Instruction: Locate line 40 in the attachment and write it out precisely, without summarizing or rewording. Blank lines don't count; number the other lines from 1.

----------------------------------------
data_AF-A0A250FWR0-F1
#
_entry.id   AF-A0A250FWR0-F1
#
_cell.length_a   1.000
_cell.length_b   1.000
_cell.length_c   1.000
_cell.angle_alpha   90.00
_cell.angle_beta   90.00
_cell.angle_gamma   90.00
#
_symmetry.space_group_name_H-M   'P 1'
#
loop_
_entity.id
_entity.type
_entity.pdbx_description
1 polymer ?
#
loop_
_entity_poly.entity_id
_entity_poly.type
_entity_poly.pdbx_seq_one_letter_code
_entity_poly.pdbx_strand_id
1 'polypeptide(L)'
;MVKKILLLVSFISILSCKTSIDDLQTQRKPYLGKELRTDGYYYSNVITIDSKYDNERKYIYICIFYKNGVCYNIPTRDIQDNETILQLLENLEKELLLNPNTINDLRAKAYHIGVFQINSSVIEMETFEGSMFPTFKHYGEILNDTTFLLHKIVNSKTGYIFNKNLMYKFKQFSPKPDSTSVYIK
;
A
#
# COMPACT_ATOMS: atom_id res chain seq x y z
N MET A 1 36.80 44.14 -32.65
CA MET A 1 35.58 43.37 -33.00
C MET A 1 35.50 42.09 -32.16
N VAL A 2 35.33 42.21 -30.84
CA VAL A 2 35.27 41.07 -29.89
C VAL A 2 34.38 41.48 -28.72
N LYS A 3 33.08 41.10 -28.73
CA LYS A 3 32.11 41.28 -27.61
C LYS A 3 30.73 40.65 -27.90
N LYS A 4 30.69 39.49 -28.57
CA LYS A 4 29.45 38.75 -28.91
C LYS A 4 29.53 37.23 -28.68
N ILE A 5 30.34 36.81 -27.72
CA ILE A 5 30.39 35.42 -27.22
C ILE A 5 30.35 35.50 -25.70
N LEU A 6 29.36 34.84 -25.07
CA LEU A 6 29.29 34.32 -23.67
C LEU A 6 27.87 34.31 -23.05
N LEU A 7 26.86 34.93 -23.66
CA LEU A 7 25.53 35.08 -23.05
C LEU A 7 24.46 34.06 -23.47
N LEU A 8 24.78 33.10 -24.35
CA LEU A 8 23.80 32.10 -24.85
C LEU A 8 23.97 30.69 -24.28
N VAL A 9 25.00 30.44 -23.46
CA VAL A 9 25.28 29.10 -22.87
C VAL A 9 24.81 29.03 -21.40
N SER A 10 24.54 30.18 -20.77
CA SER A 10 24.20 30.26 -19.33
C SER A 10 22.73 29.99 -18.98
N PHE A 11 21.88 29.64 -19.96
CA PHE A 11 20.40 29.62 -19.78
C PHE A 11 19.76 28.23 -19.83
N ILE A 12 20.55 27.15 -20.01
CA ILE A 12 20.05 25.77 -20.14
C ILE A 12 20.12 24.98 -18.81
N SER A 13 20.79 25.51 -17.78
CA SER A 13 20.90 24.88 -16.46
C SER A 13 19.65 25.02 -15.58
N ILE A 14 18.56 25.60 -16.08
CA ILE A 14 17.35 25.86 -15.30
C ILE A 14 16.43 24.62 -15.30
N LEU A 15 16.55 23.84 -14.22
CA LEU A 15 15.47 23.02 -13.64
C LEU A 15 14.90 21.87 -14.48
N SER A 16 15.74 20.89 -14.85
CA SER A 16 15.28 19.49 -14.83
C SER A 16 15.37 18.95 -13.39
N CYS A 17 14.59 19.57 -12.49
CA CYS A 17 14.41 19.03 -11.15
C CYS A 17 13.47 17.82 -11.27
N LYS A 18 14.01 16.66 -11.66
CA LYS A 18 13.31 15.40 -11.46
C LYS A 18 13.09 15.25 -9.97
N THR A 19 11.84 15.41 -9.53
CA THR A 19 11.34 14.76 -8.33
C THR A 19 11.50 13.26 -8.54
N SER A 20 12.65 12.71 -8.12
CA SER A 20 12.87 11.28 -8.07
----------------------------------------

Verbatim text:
N LYS A 4 30.69 39.49 -28.57